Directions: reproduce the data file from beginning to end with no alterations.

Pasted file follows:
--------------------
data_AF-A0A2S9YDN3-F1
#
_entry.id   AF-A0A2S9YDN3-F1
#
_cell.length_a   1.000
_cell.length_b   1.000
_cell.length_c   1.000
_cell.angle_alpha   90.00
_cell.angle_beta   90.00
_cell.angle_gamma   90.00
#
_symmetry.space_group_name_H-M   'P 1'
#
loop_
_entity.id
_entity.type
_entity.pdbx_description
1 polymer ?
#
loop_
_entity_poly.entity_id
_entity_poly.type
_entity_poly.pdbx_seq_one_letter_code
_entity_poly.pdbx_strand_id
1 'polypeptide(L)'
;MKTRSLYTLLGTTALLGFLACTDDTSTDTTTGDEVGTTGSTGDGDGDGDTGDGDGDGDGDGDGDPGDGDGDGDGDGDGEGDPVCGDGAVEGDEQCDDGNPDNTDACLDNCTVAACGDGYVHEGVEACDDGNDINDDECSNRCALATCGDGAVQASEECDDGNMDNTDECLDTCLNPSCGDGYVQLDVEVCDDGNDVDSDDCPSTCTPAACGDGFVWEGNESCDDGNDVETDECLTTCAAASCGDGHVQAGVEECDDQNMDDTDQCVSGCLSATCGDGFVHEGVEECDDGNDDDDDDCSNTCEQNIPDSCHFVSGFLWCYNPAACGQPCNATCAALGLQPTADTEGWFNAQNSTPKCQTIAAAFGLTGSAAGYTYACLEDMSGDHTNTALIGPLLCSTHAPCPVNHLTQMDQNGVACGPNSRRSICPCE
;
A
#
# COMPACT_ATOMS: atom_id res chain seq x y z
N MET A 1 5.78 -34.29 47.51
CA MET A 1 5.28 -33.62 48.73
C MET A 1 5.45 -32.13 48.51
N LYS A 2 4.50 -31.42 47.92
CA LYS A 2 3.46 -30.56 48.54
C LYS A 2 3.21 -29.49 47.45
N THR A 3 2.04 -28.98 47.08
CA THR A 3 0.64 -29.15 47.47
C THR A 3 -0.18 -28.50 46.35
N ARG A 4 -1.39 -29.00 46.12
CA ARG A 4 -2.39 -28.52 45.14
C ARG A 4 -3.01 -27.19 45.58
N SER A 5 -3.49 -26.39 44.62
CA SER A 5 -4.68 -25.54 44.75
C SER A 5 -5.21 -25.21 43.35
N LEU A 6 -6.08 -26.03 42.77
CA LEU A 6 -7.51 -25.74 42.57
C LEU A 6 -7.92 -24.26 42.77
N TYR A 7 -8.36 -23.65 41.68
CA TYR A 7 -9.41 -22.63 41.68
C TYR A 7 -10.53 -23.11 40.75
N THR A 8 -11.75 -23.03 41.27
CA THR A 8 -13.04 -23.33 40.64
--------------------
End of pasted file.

data_AF-A0A2S9YDN3-F1
#
_entry.id   AF-A0A2S9YDN3-F1
#
_cell.length_a   1.000
_cell.length_b   1.000
_cell.length_c   1.000
_cell.angle_alpha   90.00
_cell.angle_beta   90.00
_cell.angle_gamma   90.00
#
_symmetry.space_group_name_H-M   'P 1'
#
loop_
_entity.id
_entity.type
_entity.pdbx_description
1 polymer ?
#
loop_
_entity_poly.entity_id
_entity_poly.type
_entity_poly.pdbx_seq_one_letter_code
_entity_poly.pdbx_strand_id
1 'polypeptide(L)'
;MKTRSLYTLLGTTALLGFLACTDDTSTDTTTGDEVGTTGSTGDGDGDGDTGDGDGDGDGDGDGDPGDGDGDGDGDGDGEGDPVCGDGAVEGDEQCDDGNPDNTDACLDNCTVAACGDGYVHEGVEACDDGNDINDDECSNRCALATCGDGAVQASEECDDGNMDNTDECLDTCLNPSCGDGYVQLDVEVCDDGNDVDSDDCPSTCTPAACGDGFVWEGNESCDDGNDVETDECLTTCAAASCGDGHVQAGVEECDDQNMDDTDQCVSGCLSATCGDGFVHEGVEECDDGNDDDDDDCSNTCEQNIPDSCHFVSGFLWCYNPAACGQPCNATCAALGLQPTADTEGWFNAQNSTPKCQTIAAAFGLTGSAAGYTYACLEDMSGDHTNTALIGPLLCSTHAPCPVNHLTQMDQNGVACGPNSRRSICPCE
;
A
#
# COMPACT_ATOMS: atom_id res chain seq x y z
N MET A 1 5.78 -34.29 47.51
CA MET A 1 5.28 -33.62 48.73
C MET A 1 5.45 -32.13 48.51
N LYS A 2 4.50 -31.42 47.92
CA LYS A 2 3.46 -30.56 48.54
C LYS A 2 3.21 -29.49 47.45
N THR A 3 2.04 -28.98 47.08
CA THR A 3 0.64 -29.15 47.47
C THR A 3 -0.18 -28.50 46.35
N ARG A 4 -1.39 -29.00 46.12
CA ARG A 4 -2.39 -28.52 45.14
C ARG A 4 -3.01 -27.19 45.58
N SER A 5 -3.49 -26.39 44.62
CA SER A 5 -4.68 -25.54 44.75
C SER A 5 -5.21 -25.21 43.35
N LEU A 6 -6.08 -26.03 42.77
CA LEU A 6 -7.51 -25.74 42.57
C LEU A 6 -7.92 -24.26 42.77
N TYR A 7 -8.36 -23.65 41.68
CA TYR A 7 -9.41 -22.63 41.68
C TYR A 7 -10.53 -23.11 40.75
N THR A 8 -11.75 -23.03 41.27
CA THR A 8 -13.04 -23.33 40.64